> >I'm wanting to use a microcontroller to control the output of a switching >regulator, maybe something like a LM2576 simple switcher. I see the >adjustability is on the feedback lead but what's the best way make it >adjustable from a microcontroller. I'm guessing the feedback may be used in >switching timing, ie, I guess I can't just use a DAC and get an output of >1.23V more than the DAC output? I want to monitor voltage and current and >use a control algorithm in the microcontroller (Arduino at first for >experimentation) for custom battery charging experimentation. > >RogerN >
Overkill.
On Tue, 25 Dec 2012 20:46:09 +0800, Dennis <none@null.net.au> wrote:

>Jan Pabntelje's
Pabulum Boy! The new Super Non-Hero!
"RogerN" <regor@midwest.net> wrote:

> >I'm wanting to use a microcontroller to control the output of a switching >regulator, maybe something like a LM2576 simple switcher. I see the
Use a fast microcontroller (IOW: ARM) and use the PWM + ADC from the controller to do what you want. -- Failure does not prove something is impossible, failure simply indicates you are not using the right tools... nico@nctdevpuntnl (punt=.) --------------------------------------------------------------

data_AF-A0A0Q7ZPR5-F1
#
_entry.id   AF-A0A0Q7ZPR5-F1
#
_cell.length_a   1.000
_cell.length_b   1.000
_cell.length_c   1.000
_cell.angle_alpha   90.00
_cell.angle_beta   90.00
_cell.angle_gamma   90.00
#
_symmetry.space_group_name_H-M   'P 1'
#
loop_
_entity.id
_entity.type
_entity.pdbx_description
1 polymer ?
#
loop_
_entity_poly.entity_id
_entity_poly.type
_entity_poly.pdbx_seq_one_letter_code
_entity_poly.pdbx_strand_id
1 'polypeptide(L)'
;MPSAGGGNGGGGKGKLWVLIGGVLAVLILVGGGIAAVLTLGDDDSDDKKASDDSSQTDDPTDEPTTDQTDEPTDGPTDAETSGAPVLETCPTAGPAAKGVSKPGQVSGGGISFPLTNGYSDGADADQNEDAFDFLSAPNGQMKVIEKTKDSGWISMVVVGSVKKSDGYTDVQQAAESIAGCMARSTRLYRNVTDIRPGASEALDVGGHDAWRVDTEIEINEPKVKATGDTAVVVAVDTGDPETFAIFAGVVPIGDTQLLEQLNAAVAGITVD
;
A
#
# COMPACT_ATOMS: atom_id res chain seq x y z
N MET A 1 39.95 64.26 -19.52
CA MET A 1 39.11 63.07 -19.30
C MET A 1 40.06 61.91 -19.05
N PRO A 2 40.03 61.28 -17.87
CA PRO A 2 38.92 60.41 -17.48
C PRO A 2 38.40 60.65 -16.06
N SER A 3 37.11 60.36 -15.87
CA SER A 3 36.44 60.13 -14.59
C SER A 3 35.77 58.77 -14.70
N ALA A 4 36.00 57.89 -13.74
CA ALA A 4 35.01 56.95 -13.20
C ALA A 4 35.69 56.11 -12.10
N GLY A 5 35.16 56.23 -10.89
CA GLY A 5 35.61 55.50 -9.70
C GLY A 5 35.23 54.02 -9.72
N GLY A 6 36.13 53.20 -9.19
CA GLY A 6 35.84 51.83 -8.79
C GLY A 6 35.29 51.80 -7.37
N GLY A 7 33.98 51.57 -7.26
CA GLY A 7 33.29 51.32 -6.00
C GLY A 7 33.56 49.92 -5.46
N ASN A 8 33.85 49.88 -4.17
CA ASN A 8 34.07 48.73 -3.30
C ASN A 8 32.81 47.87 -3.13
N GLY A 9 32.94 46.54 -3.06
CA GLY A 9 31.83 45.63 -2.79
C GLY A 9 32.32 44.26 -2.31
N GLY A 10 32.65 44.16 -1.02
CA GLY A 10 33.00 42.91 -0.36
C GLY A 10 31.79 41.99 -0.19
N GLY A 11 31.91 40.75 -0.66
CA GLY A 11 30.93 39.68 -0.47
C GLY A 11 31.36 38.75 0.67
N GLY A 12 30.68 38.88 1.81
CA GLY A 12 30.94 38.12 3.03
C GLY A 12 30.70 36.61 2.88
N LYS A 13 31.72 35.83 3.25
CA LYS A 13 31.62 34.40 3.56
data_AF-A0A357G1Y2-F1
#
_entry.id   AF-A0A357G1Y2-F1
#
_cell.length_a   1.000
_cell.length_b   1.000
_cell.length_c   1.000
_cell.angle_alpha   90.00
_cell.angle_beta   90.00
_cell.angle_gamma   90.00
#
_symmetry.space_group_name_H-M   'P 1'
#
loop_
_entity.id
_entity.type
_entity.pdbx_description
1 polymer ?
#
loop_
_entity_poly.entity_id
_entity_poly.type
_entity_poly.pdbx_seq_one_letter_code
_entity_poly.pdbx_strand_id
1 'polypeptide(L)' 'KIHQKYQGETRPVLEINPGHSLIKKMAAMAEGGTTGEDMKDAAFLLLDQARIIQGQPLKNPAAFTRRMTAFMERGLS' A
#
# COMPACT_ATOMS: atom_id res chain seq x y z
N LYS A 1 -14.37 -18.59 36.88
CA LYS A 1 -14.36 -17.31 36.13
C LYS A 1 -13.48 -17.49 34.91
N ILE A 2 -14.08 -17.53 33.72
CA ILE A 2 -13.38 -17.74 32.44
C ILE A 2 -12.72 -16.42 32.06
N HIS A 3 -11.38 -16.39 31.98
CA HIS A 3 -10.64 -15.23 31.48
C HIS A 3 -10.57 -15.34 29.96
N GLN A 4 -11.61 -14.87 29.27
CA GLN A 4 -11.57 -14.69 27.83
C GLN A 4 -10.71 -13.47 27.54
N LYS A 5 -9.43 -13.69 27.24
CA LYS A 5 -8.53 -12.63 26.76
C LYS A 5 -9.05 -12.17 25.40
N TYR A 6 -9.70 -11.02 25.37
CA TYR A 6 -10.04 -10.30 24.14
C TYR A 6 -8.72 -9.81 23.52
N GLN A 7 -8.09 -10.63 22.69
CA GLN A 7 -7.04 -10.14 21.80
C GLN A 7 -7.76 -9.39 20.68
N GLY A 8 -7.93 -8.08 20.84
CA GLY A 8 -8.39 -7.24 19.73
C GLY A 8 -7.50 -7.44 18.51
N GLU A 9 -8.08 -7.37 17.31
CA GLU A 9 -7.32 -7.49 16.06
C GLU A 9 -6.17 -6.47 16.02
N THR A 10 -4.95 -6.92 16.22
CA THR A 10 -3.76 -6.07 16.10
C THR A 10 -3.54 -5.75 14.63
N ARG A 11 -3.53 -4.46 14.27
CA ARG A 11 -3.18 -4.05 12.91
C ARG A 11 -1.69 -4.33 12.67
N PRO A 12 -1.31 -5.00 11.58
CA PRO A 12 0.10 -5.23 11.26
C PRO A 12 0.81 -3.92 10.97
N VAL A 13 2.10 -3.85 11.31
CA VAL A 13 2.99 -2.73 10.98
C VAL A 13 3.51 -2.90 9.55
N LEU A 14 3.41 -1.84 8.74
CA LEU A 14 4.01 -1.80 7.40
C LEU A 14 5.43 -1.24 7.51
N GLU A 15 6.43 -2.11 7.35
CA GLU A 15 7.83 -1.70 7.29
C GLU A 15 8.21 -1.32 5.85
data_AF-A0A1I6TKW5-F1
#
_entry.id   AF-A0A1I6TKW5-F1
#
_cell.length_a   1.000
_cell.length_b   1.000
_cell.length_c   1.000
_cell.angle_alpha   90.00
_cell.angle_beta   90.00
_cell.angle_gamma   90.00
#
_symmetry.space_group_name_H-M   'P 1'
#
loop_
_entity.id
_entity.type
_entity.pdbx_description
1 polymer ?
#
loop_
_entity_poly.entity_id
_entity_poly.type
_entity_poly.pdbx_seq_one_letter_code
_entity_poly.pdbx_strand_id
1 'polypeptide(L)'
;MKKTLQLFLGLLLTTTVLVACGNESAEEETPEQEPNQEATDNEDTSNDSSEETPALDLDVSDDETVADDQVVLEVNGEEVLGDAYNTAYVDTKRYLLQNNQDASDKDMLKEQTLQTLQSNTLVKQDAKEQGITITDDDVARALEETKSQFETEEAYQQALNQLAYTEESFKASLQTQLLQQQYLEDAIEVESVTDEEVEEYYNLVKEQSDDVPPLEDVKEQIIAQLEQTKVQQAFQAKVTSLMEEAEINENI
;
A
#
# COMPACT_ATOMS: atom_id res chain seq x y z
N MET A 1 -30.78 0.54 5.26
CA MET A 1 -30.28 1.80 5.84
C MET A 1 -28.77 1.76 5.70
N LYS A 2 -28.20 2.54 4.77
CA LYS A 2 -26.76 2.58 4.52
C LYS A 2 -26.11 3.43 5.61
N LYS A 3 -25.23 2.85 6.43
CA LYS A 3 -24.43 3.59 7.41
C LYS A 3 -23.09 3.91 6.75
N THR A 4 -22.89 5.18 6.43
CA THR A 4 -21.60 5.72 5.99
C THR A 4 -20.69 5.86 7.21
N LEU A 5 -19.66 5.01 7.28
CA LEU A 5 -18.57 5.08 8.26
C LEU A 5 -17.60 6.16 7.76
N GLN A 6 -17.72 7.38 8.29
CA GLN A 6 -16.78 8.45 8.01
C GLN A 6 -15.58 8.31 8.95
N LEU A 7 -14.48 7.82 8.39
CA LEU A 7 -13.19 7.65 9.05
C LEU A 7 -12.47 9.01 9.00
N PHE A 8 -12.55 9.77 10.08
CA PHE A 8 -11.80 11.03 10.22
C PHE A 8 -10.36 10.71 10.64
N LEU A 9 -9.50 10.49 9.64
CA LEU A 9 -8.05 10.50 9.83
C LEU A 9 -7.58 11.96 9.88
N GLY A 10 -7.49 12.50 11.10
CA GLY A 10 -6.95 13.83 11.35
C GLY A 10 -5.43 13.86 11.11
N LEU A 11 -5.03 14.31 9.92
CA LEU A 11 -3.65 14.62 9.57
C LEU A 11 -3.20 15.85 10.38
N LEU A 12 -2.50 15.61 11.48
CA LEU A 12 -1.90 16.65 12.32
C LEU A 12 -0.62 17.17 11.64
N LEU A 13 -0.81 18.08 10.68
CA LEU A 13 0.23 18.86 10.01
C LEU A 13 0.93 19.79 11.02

On 25/12/2012 8:05 PM, RogerN wrote:
> I'm wanting to use a microcontroller to control the output of a switching > regulator, maybe something like a LM2576 simple switcher. I see the > adjustability is on the feedback lead but what's the best way make it > adjustable from a microcontroller. I'm guessing the feedback may be used in > switching timing, ie, I guess I can't just use a DAC and get an output of > 1.23V more than the DAC output? I want to monitor voltage and current and > use a control algorithm in the microcontroller (Arduino at first for > experimentation) for custom battery charging experimentation. > > RogerN > >
The ADC in the Arduino is not too flash, as in not being stable. You will see the value "jitter" up and down. Previous advice about using purpose designed devices would seem a better idea to me :-) Cheers .......... Rheilly P
On Tue, 25 Dec 2012 13:45:27 GMT, nico@puntnl.niks (Nico Coesel) wrote:

>"RogerN" <regor@midwest.net> wrote: > >> >>I'm wanting to use a microcontroller to control the output of a switching >>regulator, maybe something like a LM2576 simple switcher. I see the > >Use a fast microcontroller (IOW: ARM) and use the PWM + ADC from the >controller to do what you want.